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G7 Leaders Seek to ‘De-Risk, Not Decouple’ From China

The G7 joint statement is not hostile and nothing in it should come as a surprise to China, given the concerns of G7 members are “well known” to Beijing, a US official said

The Group of Seven (G7) wealthy nations want to "de-risk, not decouple" from China, a senior US official said on Saturday.
From left: US President Joe Biden, German Chancellor Olaf Scholz, Britain's Prime Minister Rishi Sunak, European Commission President Ursula von der Leyen, President of the European Council Charles Michel, Italy's Prime Minister Giorgia Meloni, Canada's Prime Minister Justin Trudeau, French President Emmanuel Macron and Japan's Prime Minister Fumio Kishida attend a meeting during the G7 Leaders' Summit in Hiroshima on May 19, 2023. Photo: Brendan Smialowski, pool via Reuters.


The Group of Seven (G7) wealthy nations want to “de-risk, not decouple” from China, a senior US official said on Saturday.

G7 leaders will issue a statement on a shared approach on plans to cooperate with China while also addressing significant concerns about a range of areas, White House national security adviser Jake Sullivan said.

Sullivan said the G7 leaders planned to outline steps to protect sensitive technology, including outbound investment measures, in their joint statement or communique.

“The communique will note that each country has its own independent relationship and approach, but we are united and aligned around a set of common elements,” Sullivan told reporters at the summit in Hiroshima, Japan.


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‘No surprises – the issues are well-known’

Sullivan said nothing in the G7 joint statement should come as a surprise to China, given that the concerns of G7 members were “well known” to Beijing.

“I think you will find the China language to be totally straightforward. It is not hostile or gratuitous. It is just direct and candid,” Sullivan said, adding that the statement emerged after intensive consultations with G7 partners in recent years.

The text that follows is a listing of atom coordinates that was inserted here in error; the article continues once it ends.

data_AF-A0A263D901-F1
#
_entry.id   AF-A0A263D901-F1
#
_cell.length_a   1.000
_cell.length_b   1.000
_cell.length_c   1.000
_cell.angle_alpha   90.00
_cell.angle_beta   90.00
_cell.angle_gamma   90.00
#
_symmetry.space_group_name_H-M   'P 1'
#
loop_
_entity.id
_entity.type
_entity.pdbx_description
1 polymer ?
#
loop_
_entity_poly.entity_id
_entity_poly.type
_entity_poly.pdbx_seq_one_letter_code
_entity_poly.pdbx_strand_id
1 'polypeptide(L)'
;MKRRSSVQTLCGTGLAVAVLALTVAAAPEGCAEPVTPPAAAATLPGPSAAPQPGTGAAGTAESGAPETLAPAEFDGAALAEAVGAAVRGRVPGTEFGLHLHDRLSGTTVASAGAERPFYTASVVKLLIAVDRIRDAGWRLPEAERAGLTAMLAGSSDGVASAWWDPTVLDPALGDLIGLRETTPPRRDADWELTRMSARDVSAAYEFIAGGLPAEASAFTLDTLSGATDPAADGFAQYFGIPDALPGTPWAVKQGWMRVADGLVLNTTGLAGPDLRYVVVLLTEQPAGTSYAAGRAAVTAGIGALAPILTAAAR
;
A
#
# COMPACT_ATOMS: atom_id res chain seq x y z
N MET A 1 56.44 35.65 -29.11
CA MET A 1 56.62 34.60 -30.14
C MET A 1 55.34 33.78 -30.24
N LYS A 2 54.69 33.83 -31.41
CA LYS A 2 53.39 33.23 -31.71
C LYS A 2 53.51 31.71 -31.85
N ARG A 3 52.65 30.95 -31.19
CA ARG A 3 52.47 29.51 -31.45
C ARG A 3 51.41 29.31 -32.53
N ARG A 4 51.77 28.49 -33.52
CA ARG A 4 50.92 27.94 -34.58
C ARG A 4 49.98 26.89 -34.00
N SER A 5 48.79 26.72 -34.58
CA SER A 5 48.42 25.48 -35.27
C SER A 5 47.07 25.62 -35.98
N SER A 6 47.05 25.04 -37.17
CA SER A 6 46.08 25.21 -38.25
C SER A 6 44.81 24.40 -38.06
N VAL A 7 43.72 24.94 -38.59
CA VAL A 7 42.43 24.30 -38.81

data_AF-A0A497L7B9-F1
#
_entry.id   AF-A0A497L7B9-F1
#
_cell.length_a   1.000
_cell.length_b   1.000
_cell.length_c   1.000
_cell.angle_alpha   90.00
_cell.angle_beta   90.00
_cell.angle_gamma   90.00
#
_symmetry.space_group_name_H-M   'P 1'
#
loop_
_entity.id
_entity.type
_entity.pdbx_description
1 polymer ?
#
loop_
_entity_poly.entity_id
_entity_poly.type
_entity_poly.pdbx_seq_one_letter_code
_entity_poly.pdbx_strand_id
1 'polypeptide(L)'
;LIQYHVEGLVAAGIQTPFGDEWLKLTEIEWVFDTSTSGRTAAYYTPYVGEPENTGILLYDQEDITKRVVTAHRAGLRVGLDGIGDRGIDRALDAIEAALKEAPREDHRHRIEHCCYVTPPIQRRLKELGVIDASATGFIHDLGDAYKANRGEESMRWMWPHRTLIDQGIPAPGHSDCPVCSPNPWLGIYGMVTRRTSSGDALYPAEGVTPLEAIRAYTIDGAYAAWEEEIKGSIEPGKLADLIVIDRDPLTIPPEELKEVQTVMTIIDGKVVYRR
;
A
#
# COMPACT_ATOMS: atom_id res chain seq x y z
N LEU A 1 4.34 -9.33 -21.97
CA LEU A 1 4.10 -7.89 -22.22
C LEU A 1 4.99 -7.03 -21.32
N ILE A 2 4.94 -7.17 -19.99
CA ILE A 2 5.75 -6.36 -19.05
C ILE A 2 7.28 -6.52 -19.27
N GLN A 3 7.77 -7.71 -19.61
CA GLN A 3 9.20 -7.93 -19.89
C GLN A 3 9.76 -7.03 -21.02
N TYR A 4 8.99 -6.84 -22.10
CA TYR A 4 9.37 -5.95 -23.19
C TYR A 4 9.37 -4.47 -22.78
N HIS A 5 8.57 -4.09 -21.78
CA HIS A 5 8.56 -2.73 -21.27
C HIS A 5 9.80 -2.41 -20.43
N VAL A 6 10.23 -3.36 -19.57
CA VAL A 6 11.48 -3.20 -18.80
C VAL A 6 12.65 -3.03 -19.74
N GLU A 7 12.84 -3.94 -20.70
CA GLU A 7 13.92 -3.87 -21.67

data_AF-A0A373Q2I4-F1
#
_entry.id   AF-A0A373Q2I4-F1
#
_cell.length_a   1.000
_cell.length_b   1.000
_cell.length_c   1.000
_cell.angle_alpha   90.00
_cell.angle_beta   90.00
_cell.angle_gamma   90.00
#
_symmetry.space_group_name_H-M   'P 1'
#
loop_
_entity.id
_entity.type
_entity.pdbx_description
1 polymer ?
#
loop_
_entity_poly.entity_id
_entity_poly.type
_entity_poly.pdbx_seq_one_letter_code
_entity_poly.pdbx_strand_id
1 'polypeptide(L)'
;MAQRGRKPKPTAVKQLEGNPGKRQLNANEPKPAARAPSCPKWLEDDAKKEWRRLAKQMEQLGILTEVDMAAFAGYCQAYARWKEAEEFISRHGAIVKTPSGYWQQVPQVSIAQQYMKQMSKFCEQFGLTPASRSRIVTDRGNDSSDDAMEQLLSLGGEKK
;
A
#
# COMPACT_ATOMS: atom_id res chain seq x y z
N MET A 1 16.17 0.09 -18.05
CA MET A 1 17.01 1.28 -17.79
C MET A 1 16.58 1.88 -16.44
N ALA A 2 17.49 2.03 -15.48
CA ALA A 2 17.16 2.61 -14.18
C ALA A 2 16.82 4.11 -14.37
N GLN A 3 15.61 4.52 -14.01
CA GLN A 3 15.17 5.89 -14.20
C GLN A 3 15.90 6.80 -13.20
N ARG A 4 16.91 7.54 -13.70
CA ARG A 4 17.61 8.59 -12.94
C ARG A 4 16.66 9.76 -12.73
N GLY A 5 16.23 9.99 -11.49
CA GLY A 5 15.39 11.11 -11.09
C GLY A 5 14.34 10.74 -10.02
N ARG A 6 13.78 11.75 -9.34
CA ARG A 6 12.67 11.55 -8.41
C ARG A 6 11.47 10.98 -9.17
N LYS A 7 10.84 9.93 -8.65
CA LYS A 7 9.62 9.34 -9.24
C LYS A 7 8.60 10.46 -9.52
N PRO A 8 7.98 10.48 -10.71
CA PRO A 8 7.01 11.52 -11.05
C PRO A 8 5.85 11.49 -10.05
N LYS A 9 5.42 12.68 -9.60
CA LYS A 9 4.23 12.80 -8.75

He said the United States expected economic engagement to continue with China, but was still working through the timing regarding planned phone calls, visits and meetings for various administration officials with their Chinese counterparts.

In an early draft of the final communique, seen by Reuters, G7 leaders agreed that China’s status as the world’s second-largest economy necessitated efforts to foster cooperation.

“Our policy approaches are not designed to harm China, we do not seek to thwart China’s economic progress and development,” said the draft, which is still subject to change, calling for “stable and constructive” ties with Beijing.

G7 leaders gather after laying wreaths in Hiroshima, May 19, 2023 (summit website photo).

‘Common tools to address economic coercion’

Sullivan said G7 leaders would outline a common set of tools to address economic coercion, including steps to build more resilient supply chains and efforts to protect sensitive technologies through export controls and outbound investment measures.

Each country would determine its own approach, he said.

The United States had been working to develop the legal authorities for a targeted set of outbound investment controls and would lay out its approach after “full consultations” with G7 partners, Sullivan said.


  • Reuters with additional editing by Jim Pollard


NOTE: A minor change was made to the headline of this report and a photo added on May 20, 2023.




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Jim Pollard

Jim Pollard is an Australian journalist based in Thailand since 1999. He worked for News Ltd papers in Sydney, Perth, London and Melbourne before travelling through SE Asia in the late 90s. He was a senior editor at The Nation for 17+ years.


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